Healthy oceans

Healthy oceans

Oceans require a particular level of pH to maintain the natural biochemistry needed to allow a healthy ecosystem to remain intact for the species living in the water. When oceans absorb high levels of carbon dioxide, the acidity levels raise and the natural order of the ocean becomes compromised.

This is what is known as “ocean acidification.” Calcium carbonate minerals are building blocks for skeletons and shells of marine organisms. However, continued ocean acidification is causing many parts of the ocean to become undersaturated with these minerals. The lack of these minerals is reducing the ability of some organisms to produce and maintain their shells.

Ocean acidification is linked to climate change in that a negative aspect of carbon dioxide in the atmosphere disrupts the natural order of ocean life.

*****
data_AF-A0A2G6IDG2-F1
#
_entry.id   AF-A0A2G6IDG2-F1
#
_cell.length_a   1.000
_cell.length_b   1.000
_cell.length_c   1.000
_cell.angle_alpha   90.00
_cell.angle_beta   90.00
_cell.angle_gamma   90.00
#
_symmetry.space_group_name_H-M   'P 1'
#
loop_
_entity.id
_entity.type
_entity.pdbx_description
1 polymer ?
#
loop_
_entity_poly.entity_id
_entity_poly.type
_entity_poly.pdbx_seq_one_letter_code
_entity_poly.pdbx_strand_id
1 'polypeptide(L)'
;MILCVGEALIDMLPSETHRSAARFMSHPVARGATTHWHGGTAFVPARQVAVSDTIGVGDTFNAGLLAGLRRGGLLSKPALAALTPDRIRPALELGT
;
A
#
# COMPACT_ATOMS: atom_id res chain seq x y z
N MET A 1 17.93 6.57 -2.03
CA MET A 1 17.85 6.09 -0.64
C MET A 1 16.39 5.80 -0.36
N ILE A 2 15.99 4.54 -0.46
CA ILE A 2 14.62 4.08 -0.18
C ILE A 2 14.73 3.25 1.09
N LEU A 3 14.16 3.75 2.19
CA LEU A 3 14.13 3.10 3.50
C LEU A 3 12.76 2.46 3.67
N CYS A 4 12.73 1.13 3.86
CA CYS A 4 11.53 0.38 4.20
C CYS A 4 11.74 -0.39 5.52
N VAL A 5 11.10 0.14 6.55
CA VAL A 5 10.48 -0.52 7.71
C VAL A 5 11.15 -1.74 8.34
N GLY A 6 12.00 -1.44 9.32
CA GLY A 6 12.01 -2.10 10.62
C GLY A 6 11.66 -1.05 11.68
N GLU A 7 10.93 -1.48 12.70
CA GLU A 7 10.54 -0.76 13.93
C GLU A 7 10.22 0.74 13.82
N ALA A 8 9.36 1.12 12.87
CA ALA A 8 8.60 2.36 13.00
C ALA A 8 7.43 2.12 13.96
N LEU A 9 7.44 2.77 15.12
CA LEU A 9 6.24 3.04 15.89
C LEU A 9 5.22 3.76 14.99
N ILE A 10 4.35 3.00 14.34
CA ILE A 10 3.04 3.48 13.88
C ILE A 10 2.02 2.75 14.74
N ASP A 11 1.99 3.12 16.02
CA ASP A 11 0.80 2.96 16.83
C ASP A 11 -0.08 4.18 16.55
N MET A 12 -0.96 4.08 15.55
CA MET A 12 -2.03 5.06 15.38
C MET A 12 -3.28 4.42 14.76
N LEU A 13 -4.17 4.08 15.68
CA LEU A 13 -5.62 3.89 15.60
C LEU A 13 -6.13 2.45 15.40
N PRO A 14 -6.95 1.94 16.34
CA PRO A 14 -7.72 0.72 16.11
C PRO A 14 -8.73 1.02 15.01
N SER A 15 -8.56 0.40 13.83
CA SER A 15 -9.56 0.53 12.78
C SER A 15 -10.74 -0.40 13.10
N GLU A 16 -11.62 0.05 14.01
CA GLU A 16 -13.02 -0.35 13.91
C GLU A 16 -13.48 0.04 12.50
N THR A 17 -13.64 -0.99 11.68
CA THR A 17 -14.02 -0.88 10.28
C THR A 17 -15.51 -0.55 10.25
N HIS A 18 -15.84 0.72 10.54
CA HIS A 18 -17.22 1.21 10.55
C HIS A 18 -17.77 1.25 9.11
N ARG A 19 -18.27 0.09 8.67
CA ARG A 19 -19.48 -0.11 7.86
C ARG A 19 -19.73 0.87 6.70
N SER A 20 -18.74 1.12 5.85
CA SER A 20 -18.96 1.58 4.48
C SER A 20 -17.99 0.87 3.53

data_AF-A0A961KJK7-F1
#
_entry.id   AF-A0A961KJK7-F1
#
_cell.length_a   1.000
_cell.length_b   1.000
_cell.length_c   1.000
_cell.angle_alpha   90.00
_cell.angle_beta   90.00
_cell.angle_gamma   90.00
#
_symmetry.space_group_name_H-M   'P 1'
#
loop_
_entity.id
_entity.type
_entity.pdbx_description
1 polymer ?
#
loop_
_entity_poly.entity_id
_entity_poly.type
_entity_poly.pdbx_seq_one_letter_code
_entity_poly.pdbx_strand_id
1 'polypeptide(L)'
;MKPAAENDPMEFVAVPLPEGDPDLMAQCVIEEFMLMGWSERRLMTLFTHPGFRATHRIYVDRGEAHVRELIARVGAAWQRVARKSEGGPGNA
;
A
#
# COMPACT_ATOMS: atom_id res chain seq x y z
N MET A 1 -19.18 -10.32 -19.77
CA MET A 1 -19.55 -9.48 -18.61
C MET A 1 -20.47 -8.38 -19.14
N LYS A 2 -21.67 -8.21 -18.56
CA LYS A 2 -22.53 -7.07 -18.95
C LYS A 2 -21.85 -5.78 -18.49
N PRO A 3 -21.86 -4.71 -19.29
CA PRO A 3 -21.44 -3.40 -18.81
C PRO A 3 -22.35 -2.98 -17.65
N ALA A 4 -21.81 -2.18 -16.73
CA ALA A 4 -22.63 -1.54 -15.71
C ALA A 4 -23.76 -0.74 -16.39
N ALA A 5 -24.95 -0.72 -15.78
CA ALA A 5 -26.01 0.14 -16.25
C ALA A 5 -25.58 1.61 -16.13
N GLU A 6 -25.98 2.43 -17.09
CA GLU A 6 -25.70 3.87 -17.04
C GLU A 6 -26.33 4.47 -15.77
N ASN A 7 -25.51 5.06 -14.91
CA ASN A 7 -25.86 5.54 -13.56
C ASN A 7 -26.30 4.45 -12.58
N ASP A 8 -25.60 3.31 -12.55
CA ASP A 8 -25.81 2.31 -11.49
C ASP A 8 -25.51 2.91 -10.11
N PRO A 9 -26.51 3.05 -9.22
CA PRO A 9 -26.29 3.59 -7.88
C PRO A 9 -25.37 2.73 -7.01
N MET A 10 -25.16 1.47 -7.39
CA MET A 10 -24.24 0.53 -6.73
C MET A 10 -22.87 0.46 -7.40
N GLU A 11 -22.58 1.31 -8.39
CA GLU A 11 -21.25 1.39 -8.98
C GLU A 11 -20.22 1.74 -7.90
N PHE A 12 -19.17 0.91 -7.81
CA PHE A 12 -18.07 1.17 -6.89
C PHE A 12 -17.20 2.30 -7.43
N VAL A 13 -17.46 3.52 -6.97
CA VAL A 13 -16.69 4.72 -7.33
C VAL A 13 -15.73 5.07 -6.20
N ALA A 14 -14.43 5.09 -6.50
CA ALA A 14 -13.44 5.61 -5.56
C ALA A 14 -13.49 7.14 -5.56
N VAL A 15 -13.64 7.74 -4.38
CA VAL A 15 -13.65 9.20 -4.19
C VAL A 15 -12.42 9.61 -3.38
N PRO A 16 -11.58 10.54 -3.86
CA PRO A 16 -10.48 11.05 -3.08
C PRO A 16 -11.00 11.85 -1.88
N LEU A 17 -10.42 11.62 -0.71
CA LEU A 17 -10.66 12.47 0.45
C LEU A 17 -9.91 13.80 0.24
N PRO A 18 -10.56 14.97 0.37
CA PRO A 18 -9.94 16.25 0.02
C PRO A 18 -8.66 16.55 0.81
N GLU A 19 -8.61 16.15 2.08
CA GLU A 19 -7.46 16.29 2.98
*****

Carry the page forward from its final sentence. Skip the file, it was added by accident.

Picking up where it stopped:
More than a quarter of carbon dioxide that is released does not stay in the air, but is absorbed in the ocean. Estimates have arrived at the number of five hundred twenty five billion in regards to how many tons of carbon dioxide that has been absorbed by our oceans.

The negative effect of poor ocean biochemistry will lead to an effect not only detrimental to the world’s oceans, but to coastal communities and ultimately everyone on the planet. Local economies will suffer when fish are tainted and in low supply due to a poor food web. Fisherman will be unable to produce food for the community, and fisherman will suffer when fish cannot be sold.

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